With a population of 1 billion, India has been termed as the most depressed country in the world by WHO. One in every 5 Indians suffers from some mental health issue or the other in their lifetime. Unfortunately, only 10-12 of them seek professional help. Mostly, due to the cynical perceptions surrounding mental health amongst their peers, and society as a whole.
A recent study showed that 87% of the population is aware of common terms related to mental health. So, one would think that awareness is not an issue. But almost 71% of them associate a negative connotation to the said terms. Some refrain from socializing with mentally ill people and keeping them at a safe distance. Others, pass them up for housing or employment opportunities. This increase the struggle of mentally-ill people. Not only are they tackling the burden of mental illness internally, but they also have to deal with resistance from those around them.
To top that, Assocham estimated that 42.5% of Indian private sector employees have general anxiety disorder, depression or both. This is frequently attributed to less compensation and more working hours. (minimum of 48-50 hours a week) This results in an atmosphere of constant fatigue, stress, and dissatisfaction.
As a mentally-ill (or neurodivergent) individual in the country, if you’re joining the workforce or are already part of it, here are a few things you can do to manage your job without lesser hiccups:
Set realistic goals
As an industry-standard, there’s always a lot that is expected of you. You have to be a team player, emotionally intelligent, and persuasive. You also should have good communication skills, salesperson-type personalities, networking capability. Apart from that, you should be able to adhere to standard company practices without any special accommodations.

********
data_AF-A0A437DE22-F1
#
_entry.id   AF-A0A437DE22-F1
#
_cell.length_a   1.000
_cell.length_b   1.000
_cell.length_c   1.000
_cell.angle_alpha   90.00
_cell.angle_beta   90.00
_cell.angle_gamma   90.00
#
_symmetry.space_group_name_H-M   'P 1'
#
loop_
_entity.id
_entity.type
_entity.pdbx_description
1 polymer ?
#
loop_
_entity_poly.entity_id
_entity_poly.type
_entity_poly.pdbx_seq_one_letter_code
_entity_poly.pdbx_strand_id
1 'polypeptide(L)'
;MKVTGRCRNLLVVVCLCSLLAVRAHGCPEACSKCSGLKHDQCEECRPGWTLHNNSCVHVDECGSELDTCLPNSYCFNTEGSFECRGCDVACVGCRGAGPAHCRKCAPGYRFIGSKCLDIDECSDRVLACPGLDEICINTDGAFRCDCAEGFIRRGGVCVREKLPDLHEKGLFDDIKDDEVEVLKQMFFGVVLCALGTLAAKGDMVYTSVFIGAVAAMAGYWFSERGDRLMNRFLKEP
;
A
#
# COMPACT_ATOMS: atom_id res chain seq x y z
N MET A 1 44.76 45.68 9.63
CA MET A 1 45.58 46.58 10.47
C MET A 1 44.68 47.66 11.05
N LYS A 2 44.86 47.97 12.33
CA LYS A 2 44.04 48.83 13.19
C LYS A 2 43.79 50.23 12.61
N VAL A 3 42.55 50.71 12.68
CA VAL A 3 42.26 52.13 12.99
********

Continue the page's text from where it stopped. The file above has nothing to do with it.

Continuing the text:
Even on your best day, you won’t be able to bring all of these to the table every single day. Instead of thinking that you can take care of everything, set your priorities. Then, establish goals that you can actually achieve in a given timeframe.
Jaime Kulaga, a licensed mental health counsellor and life coach, recommends using the acronym SMART. When you’re organizing your work board be Specific, Measurable, Attainable, Realistic and Time-bound. Oftentimes, employees at a fast-paced workplace feel compelled to set goals that heavily compromise their bandwidth. This is primarily because they’re either constantly trying to prove themselves or comparing themselves to another colleague. As a result, they end up feeling overwhelmed (and anxious!) by thinking too many steps ahead.
You’re less likely to experience stress and when you can match the work expectations with your skill-set and abilities. By setting realistic goals, you’re much more in control on how to work for maximum output. List all responsibilities you have for the day (platforms like Trello and Asana can be super helpful, in this regard!). This way, you’re aware of the top five things that need your undivided attention.
In certain cases, you also have to make the decision of “quality over quantity”. Would you rather spend 30 minutes on a rough draft for a blog post that can be re-worked later. Or, start the blog post from scratch (6 hours, approx.) without acknowledging the other things on your to-do list?
While you don’t have to half-ass anything you do, you can always break a task down into sub-tasks that are less time-consuming but equally stimulating.
According to a 2009 Stanford University study, compulsive multitaskers are less mentally organized. They constantly struggle to transition from one task to another. As a result, they have a difficult time distinguishing relevant data from the irrelevant one. Not only this, when employees balance more than one task at a time, their productivity follows a sharp decline. This decline can be equated to global losses of $450 million per year.